Saturday, March 21, 1959
in Memphis, Mattie Roger’s family lived at Bolivar, Tenn. there were others too, but these two mostly and Dr. Robert Miller and Dr. Ben Schoalfield were friends. I went with an intern. Dr. Floyd Webb and later with Dr. Granville Tabb and Dr. Cecil Warde, all were gentlemen. I found fun and lots of work too. I found the operating rooms my favorite place and I was head floor nurse and night superintendent too, during those days. I graduated May 8, 1913, with 13 in class. We were the first nursed to graduate in the Medical College, and our head nurse, Miss Spencer, who later married Dr. Lyman Chapman gave this charge to the class – “When the night has come and the candles burn low and now you are alone with your patient and only God is present then think to do for that patient just what you would want done to you, if you were the patient.
Sunday, March 22, 1959
Dr. Henry Radner Sr. and Jack Witherington both graduated the same month I did.
The charging I’ll say meant a guide to me all through my life. I remember once when we weer terribly rushed in the operating rooms one doctor, who was an assistant to Dr. Frank Ward Siny (?) the said just leave that undone. It was a charity case, I said, “doctor, if you don’t mind I want to do for this patient what should be done, I may sometime be a charity case and I sure would want the right thing done for me”. He was so kind and humble and said, “Do what you know you should”.
I had met your dad long before I graduated – he was usually with some girl who was out for fun and I hadn’t given any thought to him, another doctor, who most of the family knew, Dr. S. S. Erous (?), I knew him from his earliest years in medical school. He was quiet and serious always in his manners. I attended the First Baptist Church in Memphis during my hospital
Monday, March 23, 1959
training. Dr. Boone was pastor. His first wife was my S. school teacher. She had a large class of girls and every week some of those girls visited us who attended church there. She sometimes had wonderful parties as I remember we had over 100 girls in her class. Dr. Boone’s son, Will, was ordained to preach during those days. We had some wonderful staff doctors. Dr. Willis Campbell that is now the Campbell Clinic, but in those days Dr. Campbell, had an old car, with back-end out of it. He was quite a large man. We had special gowns for him to wear in operating rooms due to his size. He was experimenting in orthopedic surgery. I helped him many times, one case who spent about 2 years as a patient, a boy about 8 or 9 years old, had been hit accidentally in back and was paralyzed from the head down. He could move only his head. His family were very poor and were not a healthy family either. The boy’s name was Charley.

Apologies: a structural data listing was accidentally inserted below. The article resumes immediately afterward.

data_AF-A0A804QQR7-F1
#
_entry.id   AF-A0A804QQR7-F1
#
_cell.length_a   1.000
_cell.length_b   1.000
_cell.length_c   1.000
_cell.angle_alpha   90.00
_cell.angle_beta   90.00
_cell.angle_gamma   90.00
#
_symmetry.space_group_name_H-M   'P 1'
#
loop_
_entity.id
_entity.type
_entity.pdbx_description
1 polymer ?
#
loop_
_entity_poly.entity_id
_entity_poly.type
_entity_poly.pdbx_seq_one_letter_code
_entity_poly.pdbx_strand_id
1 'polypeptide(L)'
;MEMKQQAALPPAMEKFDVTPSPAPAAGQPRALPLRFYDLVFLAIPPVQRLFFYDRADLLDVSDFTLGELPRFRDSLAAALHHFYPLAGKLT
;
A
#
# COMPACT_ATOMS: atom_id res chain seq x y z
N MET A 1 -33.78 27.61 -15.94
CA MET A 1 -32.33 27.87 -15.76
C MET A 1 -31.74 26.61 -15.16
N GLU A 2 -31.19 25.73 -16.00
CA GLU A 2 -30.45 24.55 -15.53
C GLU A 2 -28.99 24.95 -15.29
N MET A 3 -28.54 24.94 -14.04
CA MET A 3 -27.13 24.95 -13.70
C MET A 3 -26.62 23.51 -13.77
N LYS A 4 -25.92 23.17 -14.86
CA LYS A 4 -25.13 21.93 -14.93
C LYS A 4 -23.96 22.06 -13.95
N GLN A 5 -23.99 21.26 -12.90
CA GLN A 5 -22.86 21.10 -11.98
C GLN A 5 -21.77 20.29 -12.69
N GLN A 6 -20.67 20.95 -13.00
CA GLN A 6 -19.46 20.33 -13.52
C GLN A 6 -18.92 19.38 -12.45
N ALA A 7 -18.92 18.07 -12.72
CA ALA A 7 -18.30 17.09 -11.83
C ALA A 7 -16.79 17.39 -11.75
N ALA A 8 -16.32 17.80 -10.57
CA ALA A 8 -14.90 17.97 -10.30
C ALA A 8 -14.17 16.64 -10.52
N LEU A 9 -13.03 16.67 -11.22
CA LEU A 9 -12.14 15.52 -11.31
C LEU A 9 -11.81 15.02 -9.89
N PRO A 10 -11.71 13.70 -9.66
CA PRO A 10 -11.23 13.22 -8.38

Tuesday, March 24, 1959
Charley was known by everyone, even by people who brought him many things. There wasn’t much charity in Memphis in those days and most people just seemed to get by. They all knew they had to work and they worked to live and support their families. Well any way, Charley was one that was remembered. His family had gone to Arizona and he was alone so he was well cared for. Dr. Campbell worked and worked till at the end of 2 yrs or more, Charley walked and was able to join his people. Dr. Campbell started from the bottom and made his way. All the interns walked out of John Gaston Hospital once due to a superintendents unjust authority. Interns won their place by competent examination. A doctor, from the north and who hadn’t ever taken an exam was made house doctor. We nurses wanted to walk out too, but the staff doctors persuaded us for
Wednesday, March 25, 1959
humanity’s sake not to —
Dr. Henry Hill volunteered to come help out and he was just with Dr. Campbell and Dr. Campbell helped Dr. Hill to be a surgeon too. Dr. Max Goltman, who had several sons, who later made doctors was the first doctor in Memphis to sew a heart and patient live. He was a tall mulatto negro had been stabbed. To us all it was a miracle. Dr. George Linermoore, Dr. Battle Malone, Dr. Robin Mason, Dr. J. L. Andrews, Dr. Percy Toonbro (?), Dr. Eugene Johnson, Dr. J.A. Crusher Sr., Dr. W. T. Black Sr., Oh, here were so many fine doctors. Dr. Likely Simpson and Dr. A. C. Lewis were eye and throat specialists.
Nancy, I didn’t tell you of my first days there so I’ll try — The first two weeks were terrible. I had never been away from home among all strangers. I visited Aunt Mary Cotton and cousin Elisie Couch – Papa’s aunt and niece right often.